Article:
Junk Mail: Like It or Hate It

 Have you ever received junk mail for something and thought, “Why the HECK did I receive this? This is irrelevant for me and my family.” The definition of junk mail according to the Encarta World Dictionary is “unwanted mail: unsolicited mail, especially advertising material (Encarta World Dictionary, 2009).” You receive junk mail because you have given out some personal information to a business or have put some personal information on the internet. Junk mail is liable to get you when you give any personal information out. Remember that word travels fast.

Many companies use junk mail for advertising purposes. If you show any interest in something, such as clothing, that is the time for a business to pull you in and advertise to you other products they feel they can get you to buy. They try to keep you coming back to their business. You may also receive lots of junk mail that you have no interest in or is completely irrelevant to you. Companies try to get anyone and everyone to come to their specific business, due to competition in their market. Many companies also rent out their information lists to other companies. Renting lists is a big business for many companies (Privacy Right Clearinghouse, 1192-2011).

Junk mail comes in many shapes and forms:

• Mail: You may receive junk mail through the US postal services that is delivered to your house or business. This may include flyers, magazines and advertisements.

• Email: Due to technological advances, we also receive junk mail through email.

• Text: Many people that text receive forwards of long sayings. Some claim you need to send to a certain number of people or something will happen to you. This is also considered junk mail to me. It is unwanted and unnecessary.

• Newspaper: The inserts in the newspaper are also a form of junk mail. This is an easy way for companies to get their advertisements out to a large number of people.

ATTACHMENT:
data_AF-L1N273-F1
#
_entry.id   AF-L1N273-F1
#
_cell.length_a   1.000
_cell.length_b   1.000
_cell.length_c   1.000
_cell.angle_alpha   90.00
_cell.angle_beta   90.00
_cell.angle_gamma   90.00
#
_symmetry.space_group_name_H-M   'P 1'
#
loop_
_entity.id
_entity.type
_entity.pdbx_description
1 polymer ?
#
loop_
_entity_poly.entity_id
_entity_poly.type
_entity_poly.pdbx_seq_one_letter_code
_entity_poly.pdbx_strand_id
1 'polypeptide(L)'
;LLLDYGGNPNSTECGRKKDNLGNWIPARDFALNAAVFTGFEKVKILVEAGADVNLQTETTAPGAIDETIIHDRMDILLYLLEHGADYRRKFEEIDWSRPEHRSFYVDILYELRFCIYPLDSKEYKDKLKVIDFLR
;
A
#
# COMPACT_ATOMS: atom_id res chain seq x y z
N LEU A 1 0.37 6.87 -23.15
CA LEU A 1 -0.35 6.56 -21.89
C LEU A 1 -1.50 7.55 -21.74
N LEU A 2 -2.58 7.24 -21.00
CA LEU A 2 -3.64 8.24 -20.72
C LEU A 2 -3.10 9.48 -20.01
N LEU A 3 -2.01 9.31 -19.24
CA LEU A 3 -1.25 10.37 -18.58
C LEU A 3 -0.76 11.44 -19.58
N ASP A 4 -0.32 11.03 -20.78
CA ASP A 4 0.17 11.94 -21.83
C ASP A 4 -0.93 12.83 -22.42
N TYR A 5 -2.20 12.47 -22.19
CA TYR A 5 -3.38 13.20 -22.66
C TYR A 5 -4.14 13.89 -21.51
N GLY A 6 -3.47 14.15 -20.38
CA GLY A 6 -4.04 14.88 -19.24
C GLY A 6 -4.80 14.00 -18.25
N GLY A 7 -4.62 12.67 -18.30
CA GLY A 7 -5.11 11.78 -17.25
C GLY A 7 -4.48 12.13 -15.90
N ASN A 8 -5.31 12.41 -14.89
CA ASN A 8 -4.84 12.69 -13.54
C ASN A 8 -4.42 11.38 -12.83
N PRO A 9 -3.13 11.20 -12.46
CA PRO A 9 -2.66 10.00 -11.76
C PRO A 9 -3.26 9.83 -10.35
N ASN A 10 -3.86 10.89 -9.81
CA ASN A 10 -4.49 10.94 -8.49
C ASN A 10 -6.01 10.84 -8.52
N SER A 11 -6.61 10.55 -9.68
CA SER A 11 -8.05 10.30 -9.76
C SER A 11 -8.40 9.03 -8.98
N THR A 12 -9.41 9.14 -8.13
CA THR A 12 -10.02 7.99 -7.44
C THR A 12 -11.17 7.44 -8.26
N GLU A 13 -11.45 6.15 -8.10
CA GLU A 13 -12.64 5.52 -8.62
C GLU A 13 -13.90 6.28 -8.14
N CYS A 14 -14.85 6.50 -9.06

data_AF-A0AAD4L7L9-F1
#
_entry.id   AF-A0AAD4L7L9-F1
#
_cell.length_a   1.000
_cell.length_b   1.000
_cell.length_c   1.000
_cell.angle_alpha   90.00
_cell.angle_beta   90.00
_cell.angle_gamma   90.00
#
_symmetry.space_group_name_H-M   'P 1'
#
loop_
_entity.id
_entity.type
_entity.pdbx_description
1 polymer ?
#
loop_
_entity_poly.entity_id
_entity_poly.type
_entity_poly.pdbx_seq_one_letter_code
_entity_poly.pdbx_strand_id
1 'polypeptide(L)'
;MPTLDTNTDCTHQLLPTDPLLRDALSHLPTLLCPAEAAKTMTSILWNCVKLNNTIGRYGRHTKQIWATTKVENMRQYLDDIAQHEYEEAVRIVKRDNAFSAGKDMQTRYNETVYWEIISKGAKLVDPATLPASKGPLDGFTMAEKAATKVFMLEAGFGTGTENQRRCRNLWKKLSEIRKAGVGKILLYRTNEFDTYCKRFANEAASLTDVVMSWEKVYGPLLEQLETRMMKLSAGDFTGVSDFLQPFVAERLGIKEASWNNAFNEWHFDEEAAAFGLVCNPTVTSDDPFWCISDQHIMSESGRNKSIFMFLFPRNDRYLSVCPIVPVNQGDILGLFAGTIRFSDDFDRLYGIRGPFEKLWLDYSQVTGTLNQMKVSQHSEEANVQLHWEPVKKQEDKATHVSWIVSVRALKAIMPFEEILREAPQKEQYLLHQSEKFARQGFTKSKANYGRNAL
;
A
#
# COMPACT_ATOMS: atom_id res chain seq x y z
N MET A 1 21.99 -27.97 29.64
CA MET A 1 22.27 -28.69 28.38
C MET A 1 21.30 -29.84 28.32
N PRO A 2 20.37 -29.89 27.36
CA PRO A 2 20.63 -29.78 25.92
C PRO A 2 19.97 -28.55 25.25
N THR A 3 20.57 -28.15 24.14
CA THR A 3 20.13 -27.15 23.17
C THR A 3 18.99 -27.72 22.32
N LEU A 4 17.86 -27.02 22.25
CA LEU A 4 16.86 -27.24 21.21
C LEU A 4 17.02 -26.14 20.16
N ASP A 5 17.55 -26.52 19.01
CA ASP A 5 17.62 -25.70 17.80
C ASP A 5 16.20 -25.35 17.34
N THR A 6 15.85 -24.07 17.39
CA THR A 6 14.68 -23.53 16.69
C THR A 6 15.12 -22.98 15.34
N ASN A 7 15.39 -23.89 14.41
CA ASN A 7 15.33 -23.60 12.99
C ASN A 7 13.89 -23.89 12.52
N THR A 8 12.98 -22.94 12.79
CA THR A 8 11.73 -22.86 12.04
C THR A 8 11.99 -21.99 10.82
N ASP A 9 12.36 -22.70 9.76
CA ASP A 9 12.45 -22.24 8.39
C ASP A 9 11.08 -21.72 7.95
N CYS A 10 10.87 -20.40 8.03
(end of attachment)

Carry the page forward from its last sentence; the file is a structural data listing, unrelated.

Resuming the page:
• Internet: Internet even has some junk mail through blogs and other forms and comments.

• Landline/phone: Telemarketing phone calls are considered junk mail.

Many families may receive all of these in one day. According to Mike Volpe, “In five days we produce enough junk mail to reach the moon. Junk mail produces ONE BILLION pounds of landfill each year (Volpe, 2008).

I personally get extremely annoyed with junk mail. I have lost complete control of my email due to junk mail. I’ve got a ton of college junk mail. I have been in college for two years now. I have one on my email about tricking my brain to learn a language in ten days. Facebook has blown up my email as well.

Most junk mail serves no purpose but to take up more space in your trash can. Although there is not a lot of junk mail that is useful, I do receive junk mail that does serve a purpose for me. An example of useful junk mail for me is clothing stores that have coupons and some of their products that I may be interested in.

Junk mail can be fun to look through and sit and think, “What are they trying to tell me? Why did they choose me?” Just keep in mind that it was YOU that gave YOUR information out. Remember that word travels fast and businesses love to try to persuade you to buy their products. If junk mail really irritates you, there are many ways to get rid of the junk. You can contact different businesses by phoning or writing a letter to explain to them you do not want to receive junk mail. Next time you receive junk mail ask yourself, “Who all has my personal information?”

Works Cited

Privacy Right Clearinghouse. (1192-2011). Retrieved 11 5, 2011, from Junk Mail: https://www.privacyrights.org/fs/fs4-junk.htm

Encarta World Dictionary. (2009). Retrieved 11 5, 2011, from Junk Mail: http://www.bing.com/Dictionary/search?q=define+junk+mail&qpvt=what+does+junk+mail+mean&FORM=DTPDIA

Volpe, M. (2008, 4 21). Hubspot. Retrieved 11 5, 2011, from 5 Shocking Statistics- How Junk Mail Marketing Damages the Environment.

By Danielle Trenkamp, Business Major at IUPUC